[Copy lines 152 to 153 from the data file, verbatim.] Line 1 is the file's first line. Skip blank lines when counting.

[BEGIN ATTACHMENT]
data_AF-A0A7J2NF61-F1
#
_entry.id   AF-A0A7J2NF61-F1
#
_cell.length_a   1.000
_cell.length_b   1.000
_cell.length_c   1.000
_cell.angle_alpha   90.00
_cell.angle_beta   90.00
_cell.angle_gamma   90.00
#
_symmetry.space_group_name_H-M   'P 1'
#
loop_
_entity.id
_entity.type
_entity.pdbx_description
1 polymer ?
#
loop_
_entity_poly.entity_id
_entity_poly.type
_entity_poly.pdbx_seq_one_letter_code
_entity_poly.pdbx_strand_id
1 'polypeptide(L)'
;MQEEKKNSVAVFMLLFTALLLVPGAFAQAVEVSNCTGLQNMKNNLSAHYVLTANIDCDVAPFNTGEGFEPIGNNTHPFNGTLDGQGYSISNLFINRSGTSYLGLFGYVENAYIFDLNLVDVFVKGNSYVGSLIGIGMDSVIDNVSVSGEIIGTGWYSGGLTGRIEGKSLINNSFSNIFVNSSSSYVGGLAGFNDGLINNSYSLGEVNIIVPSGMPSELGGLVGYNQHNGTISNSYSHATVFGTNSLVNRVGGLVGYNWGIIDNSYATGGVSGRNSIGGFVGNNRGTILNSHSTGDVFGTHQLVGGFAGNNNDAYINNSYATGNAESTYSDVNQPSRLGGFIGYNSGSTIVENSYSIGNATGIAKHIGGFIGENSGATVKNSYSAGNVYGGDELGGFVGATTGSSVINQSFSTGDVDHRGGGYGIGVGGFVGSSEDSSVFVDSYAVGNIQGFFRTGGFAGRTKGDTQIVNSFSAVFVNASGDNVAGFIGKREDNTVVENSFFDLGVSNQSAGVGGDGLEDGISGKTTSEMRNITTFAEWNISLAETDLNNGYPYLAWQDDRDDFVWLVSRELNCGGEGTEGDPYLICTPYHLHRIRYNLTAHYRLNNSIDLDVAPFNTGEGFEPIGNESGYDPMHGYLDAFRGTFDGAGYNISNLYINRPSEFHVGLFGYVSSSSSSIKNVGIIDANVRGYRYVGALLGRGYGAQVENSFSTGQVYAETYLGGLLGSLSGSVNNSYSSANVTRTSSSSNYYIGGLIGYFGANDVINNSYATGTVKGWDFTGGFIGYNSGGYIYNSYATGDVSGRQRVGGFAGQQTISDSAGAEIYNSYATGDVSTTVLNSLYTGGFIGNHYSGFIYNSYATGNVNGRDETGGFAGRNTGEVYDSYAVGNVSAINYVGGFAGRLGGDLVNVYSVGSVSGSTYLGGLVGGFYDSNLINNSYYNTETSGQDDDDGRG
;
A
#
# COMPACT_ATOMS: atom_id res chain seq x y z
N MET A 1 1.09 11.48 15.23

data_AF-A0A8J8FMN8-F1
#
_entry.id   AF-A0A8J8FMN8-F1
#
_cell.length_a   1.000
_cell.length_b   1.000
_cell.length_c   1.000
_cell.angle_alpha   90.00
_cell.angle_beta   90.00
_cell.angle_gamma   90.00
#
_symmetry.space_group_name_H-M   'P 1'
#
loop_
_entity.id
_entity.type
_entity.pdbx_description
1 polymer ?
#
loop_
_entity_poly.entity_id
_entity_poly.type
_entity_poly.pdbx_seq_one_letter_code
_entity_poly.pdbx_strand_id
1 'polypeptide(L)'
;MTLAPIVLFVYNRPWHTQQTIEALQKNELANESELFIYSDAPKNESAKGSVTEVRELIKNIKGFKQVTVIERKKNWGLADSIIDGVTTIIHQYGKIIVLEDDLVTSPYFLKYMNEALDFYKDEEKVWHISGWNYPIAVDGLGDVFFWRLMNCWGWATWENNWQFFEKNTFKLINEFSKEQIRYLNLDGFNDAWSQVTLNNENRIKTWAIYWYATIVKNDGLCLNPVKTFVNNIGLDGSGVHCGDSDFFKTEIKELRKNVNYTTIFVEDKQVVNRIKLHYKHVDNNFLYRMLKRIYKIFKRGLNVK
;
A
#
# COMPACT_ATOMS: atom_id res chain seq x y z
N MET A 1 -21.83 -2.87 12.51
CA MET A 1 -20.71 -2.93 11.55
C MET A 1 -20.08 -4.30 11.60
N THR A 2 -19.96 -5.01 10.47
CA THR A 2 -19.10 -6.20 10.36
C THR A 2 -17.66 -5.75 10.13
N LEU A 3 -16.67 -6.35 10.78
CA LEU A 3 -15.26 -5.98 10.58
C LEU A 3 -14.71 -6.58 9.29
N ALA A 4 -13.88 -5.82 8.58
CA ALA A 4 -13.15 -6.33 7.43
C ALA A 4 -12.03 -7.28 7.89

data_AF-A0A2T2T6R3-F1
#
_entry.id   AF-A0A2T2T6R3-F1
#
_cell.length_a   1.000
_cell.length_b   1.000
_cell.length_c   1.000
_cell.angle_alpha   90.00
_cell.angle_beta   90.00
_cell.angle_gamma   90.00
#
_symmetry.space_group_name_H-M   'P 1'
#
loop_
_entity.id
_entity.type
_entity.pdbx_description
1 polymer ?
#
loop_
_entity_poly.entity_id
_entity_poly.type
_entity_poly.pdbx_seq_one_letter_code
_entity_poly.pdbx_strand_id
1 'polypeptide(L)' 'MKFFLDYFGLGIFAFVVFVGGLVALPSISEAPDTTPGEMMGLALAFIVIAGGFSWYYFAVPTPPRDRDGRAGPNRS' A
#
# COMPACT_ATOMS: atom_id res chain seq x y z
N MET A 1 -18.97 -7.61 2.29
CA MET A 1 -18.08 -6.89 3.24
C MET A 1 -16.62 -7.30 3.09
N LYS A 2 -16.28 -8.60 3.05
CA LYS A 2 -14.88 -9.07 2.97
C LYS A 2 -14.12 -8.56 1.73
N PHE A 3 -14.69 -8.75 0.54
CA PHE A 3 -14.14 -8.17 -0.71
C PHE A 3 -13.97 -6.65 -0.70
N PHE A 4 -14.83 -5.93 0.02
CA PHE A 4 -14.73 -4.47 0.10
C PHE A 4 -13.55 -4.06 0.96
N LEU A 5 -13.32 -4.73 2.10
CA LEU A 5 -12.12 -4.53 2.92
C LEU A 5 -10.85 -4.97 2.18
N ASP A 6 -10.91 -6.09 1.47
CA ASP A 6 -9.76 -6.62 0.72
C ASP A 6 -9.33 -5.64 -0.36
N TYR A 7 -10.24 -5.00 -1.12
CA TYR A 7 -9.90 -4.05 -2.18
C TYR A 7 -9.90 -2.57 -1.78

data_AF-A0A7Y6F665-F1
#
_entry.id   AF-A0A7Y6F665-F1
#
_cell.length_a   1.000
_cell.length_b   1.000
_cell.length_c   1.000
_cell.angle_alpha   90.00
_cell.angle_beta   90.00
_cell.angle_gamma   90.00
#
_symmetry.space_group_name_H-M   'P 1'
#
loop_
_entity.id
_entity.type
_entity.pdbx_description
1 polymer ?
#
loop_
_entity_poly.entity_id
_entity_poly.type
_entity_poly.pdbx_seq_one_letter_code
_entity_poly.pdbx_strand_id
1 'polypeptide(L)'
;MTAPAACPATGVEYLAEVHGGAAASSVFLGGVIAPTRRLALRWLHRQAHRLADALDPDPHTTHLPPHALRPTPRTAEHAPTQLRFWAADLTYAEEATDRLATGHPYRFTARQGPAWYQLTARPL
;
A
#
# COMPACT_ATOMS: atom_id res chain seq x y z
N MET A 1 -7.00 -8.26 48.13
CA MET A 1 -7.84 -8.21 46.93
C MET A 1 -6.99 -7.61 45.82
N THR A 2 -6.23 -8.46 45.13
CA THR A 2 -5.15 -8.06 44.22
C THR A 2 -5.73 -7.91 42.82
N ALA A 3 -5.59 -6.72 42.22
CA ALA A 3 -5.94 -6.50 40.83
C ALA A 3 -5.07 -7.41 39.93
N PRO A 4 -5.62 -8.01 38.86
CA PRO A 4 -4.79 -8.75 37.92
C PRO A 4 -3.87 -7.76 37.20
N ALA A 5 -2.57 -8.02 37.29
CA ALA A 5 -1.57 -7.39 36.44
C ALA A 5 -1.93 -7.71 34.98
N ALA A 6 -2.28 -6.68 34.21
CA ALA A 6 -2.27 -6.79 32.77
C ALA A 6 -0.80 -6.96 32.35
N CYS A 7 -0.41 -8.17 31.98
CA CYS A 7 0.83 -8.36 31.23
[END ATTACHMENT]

N MET A 1 -7.00 -8.26 48.13
CA MET A 1 -7.84 -8.21 46.93